News | Coronavirus

ED, inpatient volumes have stagnated since June, analysis finds

News | Coronavirus

ED, inpatient volumes have stagnated since June, analysis finds

  • Hospitals’ ED and inpatient volumes remain below pre-pandemic levels and have not improved since June.
  • Child patient volumes are lagging further behind, except for inpatient care.
  • Low-acuity care volumes remain far below pre-pandemic levels.

The collapse of hospitals’ patient volumes has continued to affect emergency departments (EDs) long after the end of most pandemic-related restrictions.

TransUnion Healthcare analysis of 500 hospitals found ED visits were down 25% through the third week of August, compared with pre-COVID-19 March 1-7 volumes. The same ED volume lag was found eight weeks earlier for the week of June 21-27.

The firm cited continued COVID-19 transmission fears and increased use of alternative treatment settings, such as telehealth.

 Other late-August data compared with pre-pandemic volumes included:

  • 8% decrease in inpatient volumes
  • 2% decrease in outpatient volumes

As with ED visits, inpatient volumes also stagnated at late-June levels.

“As we track healthcare utilization, we’re seeing hospital visit recovery for emergency department and inpatient settings stagnating below normal levels, which may reflect patients’ continued concerns with the safety of hospital settings due to COVID-19,” said David Wojczynski, president of TransUnion Healthcare.

At Fort Healthcare, a community hospital in Fort Atkinson, Wisconsin, ED volumes remain 10% below pre-pandemic levels.

The hospital’s overall patient volumes since the start of the pandemic peaked in June in response to “pent-up demand” after the spring suspension of elective services, said James Nelson, senior vice president and chief strategy officer..

“But people still weren’t getting their mammograms, colonoscopies and other preventive services,” Nelson said in an interview. “People were still delaying their hip and knee surgeries and other services.”

And the volume recovery has been concentrated in Medicare and Medicaid, while higher-paying commercial health plan volumes have remained down.

“The volumes are down, but the net revenues are going to be slightly more down because of the poor payer mix,” Nelson said.

Child healthcare lags the most

Healthcare visits by children continue to lag at the greatest rate, as seen in the following data:

  • 58% decrease in child ED volumes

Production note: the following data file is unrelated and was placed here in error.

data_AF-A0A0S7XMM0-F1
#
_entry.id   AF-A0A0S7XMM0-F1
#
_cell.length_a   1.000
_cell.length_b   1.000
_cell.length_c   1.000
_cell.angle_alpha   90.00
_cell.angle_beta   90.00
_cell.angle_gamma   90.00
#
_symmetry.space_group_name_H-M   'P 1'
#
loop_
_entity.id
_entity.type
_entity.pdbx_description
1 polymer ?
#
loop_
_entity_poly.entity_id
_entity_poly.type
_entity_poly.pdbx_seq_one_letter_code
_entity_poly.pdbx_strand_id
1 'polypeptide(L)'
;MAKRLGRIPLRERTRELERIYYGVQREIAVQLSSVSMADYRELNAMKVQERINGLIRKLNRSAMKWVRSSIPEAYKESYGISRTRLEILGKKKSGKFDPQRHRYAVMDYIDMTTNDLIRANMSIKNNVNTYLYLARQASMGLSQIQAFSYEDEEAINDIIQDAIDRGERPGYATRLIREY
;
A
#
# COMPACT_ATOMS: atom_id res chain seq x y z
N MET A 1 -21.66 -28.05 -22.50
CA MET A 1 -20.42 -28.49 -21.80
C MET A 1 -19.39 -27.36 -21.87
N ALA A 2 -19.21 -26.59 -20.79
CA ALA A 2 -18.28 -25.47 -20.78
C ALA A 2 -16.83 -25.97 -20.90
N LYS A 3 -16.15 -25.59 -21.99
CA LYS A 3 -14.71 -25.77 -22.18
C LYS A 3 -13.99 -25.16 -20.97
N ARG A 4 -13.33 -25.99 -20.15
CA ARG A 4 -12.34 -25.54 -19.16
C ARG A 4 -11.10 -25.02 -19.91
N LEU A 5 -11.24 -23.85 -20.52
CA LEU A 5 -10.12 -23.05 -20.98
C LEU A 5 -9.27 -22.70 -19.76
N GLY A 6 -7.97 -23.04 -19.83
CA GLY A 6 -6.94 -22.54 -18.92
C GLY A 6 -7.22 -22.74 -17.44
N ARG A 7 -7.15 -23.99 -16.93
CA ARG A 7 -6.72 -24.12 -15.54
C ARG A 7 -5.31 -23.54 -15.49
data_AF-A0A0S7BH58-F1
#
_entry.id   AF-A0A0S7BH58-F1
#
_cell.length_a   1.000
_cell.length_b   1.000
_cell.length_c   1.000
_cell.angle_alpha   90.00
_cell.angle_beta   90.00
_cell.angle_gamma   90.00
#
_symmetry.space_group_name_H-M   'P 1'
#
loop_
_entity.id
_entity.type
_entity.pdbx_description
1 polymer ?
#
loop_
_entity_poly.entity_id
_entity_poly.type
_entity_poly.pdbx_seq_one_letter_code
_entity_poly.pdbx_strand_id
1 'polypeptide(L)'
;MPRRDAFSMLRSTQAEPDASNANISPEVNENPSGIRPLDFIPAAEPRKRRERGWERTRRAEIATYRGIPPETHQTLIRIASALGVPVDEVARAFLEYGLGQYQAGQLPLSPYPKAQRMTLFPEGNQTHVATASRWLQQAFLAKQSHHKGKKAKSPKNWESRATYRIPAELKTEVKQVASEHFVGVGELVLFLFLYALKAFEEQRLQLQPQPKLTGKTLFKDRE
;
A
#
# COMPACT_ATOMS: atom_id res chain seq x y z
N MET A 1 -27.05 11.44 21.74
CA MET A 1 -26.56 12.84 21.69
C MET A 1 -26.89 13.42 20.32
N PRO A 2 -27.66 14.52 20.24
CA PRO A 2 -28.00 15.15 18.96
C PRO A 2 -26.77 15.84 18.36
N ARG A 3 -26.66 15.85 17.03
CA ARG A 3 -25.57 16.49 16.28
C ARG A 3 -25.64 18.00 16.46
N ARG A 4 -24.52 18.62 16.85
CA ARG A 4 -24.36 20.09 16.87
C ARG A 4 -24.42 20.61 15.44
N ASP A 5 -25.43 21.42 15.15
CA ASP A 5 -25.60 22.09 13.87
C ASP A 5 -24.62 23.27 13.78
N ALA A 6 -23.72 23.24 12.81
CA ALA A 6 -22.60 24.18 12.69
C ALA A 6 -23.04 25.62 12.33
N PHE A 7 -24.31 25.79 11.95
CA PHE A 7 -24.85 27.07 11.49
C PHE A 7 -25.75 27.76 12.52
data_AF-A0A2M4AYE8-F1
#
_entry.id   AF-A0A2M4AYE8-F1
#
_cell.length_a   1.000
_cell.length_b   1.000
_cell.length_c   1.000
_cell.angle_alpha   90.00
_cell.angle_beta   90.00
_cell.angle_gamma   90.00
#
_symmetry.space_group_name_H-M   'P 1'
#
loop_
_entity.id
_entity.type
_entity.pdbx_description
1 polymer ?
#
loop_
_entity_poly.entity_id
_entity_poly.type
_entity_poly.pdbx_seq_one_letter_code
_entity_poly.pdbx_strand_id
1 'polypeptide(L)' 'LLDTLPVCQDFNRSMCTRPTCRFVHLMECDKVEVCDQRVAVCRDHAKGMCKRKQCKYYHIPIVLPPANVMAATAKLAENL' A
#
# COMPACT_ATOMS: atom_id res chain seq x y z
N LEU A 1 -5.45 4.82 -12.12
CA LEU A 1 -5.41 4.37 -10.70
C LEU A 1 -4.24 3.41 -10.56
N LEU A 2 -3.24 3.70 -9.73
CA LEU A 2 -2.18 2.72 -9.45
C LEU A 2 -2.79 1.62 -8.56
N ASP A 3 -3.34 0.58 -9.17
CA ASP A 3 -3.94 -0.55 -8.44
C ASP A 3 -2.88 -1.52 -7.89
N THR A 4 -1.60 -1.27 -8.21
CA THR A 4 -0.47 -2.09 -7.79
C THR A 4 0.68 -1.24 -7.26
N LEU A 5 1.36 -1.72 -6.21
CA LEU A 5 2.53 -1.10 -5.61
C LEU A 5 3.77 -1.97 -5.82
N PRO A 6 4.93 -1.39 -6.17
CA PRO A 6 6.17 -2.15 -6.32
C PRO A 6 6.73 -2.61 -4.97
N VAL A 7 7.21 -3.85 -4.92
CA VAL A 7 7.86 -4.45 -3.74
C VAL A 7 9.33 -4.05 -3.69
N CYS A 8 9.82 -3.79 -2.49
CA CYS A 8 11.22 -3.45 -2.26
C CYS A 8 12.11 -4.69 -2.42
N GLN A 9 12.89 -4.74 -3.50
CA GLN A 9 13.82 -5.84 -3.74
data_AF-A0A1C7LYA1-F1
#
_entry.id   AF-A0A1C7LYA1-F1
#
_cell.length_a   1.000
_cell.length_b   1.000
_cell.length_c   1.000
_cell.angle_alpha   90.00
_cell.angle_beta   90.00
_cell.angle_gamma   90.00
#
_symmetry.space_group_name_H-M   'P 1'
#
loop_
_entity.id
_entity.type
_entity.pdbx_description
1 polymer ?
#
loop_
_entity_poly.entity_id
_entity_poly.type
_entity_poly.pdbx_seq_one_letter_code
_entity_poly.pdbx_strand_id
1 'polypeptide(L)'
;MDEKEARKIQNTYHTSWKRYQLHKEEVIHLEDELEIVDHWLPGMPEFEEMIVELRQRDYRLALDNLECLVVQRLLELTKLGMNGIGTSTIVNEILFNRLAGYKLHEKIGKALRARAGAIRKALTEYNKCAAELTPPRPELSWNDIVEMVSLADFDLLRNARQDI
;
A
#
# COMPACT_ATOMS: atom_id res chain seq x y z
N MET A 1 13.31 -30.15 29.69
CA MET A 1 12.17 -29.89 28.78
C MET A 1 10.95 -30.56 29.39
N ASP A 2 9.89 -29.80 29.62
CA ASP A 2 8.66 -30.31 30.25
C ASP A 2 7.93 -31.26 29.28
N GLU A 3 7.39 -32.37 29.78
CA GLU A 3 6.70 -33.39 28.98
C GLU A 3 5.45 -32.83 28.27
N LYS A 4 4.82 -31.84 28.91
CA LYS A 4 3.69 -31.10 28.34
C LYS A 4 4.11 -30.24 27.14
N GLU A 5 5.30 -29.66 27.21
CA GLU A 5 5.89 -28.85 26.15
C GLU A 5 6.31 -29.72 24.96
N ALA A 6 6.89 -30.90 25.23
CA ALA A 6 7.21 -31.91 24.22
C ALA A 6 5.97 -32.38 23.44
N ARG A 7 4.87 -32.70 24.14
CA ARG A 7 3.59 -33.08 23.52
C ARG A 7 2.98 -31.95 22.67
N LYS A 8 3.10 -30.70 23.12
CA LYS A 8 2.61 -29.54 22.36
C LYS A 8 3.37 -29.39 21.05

• 16% decline in adult ED volumes
  • 23% decrease in child outpatient volumes
  • 1% decrease in adult outpatient volumes

“In addition to parents’ concerns of COVID-19 transmission, a number of factors may contribute to the sustained low levels of child visits, including limited in-person education and a lack of organized extracurricular activities,” said James Bohnsack, chief revenue and strategy officer at TransUnion Healthcare. “As a result of the combination of these lower levels of child visit volumes and suspended nonurgent medical procedures, revenues for many children’s hospitals have flattened amidst the pandemic.”

The inpatient volume changes from March to August included:

  • 2% decrease in child inpatient volumes
  • 9% decrease in adult inpatient volumes

But those volumes are recovering in some places. Fort Healthcare had more inpatients in August than it had in March through July combined.

“So, we’ve seen overall positivity,” Nelson said.

However, the improved volumes at Fort Healthcare have created new financial challenges since the uptick has been accompanied by a larger share of seriously ill patents whose care requires costly increases in staffing ratios. 

“So, there’s no way to be very efficient in the care that we provide” to those patients, he said.

Declines are sharper in low-acuity care

TransUnion Healthcare found that volumes for higher-acuity diagnoses have returned faster return than for low-acuity diagnoses.

 Acuity-related ED volume changes from early March included:

  • 74% decrease in adult visits for cough
  • 31% decrease in adult visits for ear pain
  • 89% decrease in child visits for cough
  • 63% decrease in child visits for ear pain
  • 81% decrease in child visits for fevers
  • 50% decrease in adult visits for fevers
  • 19% decrease in adult visits for throat/chest pain
  • 34% decrease in child visits for throat/chest pain

These trends further underscore the likelihood that patients are seeking treatment in — and are becoming more comfortable with — alternative care settings, according to TransUnion Healthcare. The vendor described newer approaches as often more efficient and effective for nonemergent medical concerns such as cough, ear pain and fevers.

“This shift is promising for the healthcare industry, particularly when considering the consistent issue of emergency department over-utilization in the United States, as it could lead to reduced healthcare costs overall if it endures beyond COVID-19,” the company stated.

About the Author

Rich Daly, HFMA Senior Writer and Editor,

is based in the Washington, D.C., office. Follow Rich on Twitter: @rdalyhealthcare

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